How and why this Buddhist celebrates Christmas

by Judith Sainsbury, Guelph Mercury Community Editorial Board, December 22, 2010


Guelph, Ontario (Canada) -- I’ve been a practising Buddhist for almost 30 years now, and I often get asked if I celebrate Christmas. I do. I love Christmas.

I just don’t celebrate it the same way a devout Christian would. I was raised Christian, and there are some traditions I just won’t give up and Christmas is one of them. So how does a previous Christian and now Buddhist celebrate Christmas? First of all, let me get some things straight. Buddhism is not a religion that believes in a God. Buddha is not regarded as a God or a deity. Buddha was a human being, so there is no theistic God belief in Buddhism. Which means that I am an atheist as well as a Buddhist.

So, how do I reconcile Christmas which celebrates the birth of the son of God? Dec. 25th was chosen as the birth date of Christ because it is near the winter solstice and the church wanted to stop those darn pagans from celebrating the rebirth of the sun, so it changed it to celebrate the birth of the son. It was unsuccessful at wiping out all the pagan traditions such as Christmas trees and the various incarnations of Santa Claus, although it tried pretty hard with the inquisitions and witch burnings. But the traditions around the winter solstice prevailed. It is these traditions that I am most attached to and I’ve also created my own traditions.

Every Christmas Eve I cuddle up with my children and watch A Christmas Carol: the original, with Alastair Sim. I have never liked any of the remakes. They just don’t measure up to Alastair Sim’s incredible performance as Scrooge. We can now pretty much quote the movie word for word. But nothing puts me in the Christmas spirit more than this movie. It’s a story about human transformation. It is the scene where Jacob Marley’s ghost appears before Scrooge that affects me the most.

There he is, with his long chain of bad causes which he has forged in life. He says “I made it link by link and yard by yard; I girded it of my own free will, and of my own free will I wore it,” and he warns Scrooge that his chain is longer. Scrooge replies that they were only being good men of business, Marley passionately screams: “Mankind was my business. Their common welfare was my business; charity, mercy, forbearance, and benevolence, were all my business.” He then points Scrooge in the direction of the window where there are a number of spirits with huge chains similar to Marley’s surrounding a homeless women and her baby on the street below. They are screaming and moaning and Scrooge asks why they lament. Marley replies they lament because they have lost the power to do anything; now that they are merely spirits. When I was a child this scene horrified me, now as a Buddhist it has significant meaning.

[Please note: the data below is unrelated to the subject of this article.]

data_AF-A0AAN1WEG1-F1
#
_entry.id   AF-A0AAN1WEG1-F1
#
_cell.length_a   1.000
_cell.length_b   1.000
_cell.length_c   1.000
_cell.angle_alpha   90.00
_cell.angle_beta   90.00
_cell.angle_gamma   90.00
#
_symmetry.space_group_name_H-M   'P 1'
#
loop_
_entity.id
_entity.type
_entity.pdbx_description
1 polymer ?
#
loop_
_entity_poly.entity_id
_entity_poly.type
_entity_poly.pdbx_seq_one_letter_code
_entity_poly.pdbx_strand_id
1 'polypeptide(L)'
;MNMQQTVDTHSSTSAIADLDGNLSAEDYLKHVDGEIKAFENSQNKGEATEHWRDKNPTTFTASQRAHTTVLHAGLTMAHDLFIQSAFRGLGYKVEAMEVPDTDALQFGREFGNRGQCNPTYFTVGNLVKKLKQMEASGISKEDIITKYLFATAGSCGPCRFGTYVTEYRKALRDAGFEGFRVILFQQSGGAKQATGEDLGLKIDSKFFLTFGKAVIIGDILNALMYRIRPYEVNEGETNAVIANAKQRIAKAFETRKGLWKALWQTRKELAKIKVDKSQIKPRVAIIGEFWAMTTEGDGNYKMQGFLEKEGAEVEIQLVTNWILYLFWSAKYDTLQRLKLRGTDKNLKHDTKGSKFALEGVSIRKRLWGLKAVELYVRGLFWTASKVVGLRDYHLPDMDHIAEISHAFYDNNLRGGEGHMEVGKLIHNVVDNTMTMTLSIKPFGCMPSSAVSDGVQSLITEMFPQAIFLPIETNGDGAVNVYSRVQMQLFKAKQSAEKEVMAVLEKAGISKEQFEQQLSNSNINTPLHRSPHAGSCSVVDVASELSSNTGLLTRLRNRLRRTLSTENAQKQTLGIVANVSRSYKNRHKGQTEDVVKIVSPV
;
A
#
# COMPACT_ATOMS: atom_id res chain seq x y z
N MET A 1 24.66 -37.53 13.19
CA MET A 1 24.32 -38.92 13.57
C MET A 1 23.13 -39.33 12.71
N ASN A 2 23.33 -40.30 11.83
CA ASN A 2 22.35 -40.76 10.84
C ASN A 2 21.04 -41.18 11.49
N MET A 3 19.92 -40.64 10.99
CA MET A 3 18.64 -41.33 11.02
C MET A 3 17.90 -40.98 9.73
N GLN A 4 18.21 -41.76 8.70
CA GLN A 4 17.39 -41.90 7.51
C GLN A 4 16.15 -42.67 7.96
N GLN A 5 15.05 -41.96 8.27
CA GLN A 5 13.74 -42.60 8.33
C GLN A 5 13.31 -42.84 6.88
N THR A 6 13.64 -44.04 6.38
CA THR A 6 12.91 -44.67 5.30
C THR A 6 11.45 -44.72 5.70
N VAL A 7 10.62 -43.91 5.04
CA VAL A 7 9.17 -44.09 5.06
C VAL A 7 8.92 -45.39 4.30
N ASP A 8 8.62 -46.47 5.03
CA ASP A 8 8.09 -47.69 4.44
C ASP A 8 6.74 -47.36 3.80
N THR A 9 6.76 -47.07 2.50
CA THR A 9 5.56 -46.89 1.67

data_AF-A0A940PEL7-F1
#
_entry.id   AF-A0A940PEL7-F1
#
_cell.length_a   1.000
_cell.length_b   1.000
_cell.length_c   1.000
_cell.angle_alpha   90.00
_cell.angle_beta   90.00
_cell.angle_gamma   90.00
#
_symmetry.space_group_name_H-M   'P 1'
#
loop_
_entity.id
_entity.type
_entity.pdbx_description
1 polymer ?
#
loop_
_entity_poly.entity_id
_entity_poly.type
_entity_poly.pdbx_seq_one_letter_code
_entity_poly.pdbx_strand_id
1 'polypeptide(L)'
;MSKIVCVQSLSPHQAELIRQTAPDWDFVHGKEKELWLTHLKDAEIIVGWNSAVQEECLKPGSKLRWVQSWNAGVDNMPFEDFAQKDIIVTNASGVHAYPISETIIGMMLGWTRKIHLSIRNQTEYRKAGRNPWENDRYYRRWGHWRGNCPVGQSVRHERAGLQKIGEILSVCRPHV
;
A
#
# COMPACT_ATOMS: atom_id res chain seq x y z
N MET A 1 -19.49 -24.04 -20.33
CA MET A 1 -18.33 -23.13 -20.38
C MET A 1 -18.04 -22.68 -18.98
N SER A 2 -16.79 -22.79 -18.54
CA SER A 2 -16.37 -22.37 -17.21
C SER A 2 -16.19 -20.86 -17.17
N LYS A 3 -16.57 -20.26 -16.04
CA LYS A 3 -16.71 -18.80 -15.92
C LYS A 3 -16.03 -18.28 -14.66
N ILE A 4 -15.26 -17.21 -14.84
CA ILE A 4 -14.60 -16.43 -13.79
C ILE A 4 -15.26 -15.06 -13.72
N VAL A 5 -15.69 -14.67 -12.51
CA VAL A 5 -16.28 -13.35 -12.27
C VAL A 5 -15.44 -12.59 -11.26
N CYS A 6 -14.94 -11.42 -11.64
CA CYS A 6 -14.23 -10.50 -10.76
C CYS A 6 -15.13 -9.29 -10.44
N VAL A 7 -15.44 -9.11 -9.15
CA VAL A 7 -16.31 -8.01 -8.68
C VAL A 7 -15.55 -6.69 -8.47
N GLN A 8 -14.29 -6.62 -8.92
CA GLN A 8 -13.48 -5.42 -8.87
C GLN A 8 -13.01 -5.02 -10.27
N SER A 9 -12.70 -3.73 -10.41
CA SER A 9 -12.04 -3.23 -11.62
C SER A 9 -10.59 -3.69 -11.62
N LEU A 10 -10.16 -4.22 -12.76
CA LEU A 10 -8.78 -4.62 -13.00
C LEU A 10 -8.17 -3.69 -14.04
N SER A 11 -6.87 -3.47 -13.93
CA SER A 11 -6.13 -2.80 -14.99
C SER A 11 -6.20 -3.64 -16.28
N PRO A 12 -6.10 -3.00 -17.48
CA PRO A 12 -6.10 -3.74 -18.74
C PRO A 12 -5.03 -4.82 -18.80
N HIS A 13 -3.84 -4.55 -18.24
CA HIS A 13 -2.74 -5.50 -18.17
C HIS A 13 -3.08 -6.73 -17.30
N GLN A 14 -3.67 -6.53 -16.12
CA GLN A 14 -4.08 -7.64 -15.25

We all forge chains of causation good and bad. What matters is what we do while we are living. Whatever belief system one may have, I think we can agree it is our behaviour as humans that is the most important thing. Scrooge’s transformation as he realizes he can change is a scene of a man full of joy. He actually says he doesn’t deserve to be this happy. Realizing he can now work to do good transforms his life.

Humanity becomes his life tendency.

Christmas is one of those holidays that embodies this potential and acts as a reminder for me, that there is hope for the world. Some of us may not need to be reminded of this, and many of us struggle to feel hopeful. But if we can hang on to that feeling and do just one good thing the chain reaction is tremendous. We can forge a chain of hope, and humanity will become the life tendency of society.

I will always celebrate Christmas or solstice even though I’m not a Christian. It brings out the best in people, and for me as a Buddhist, is reason to celebrate.

Blessings, everyone!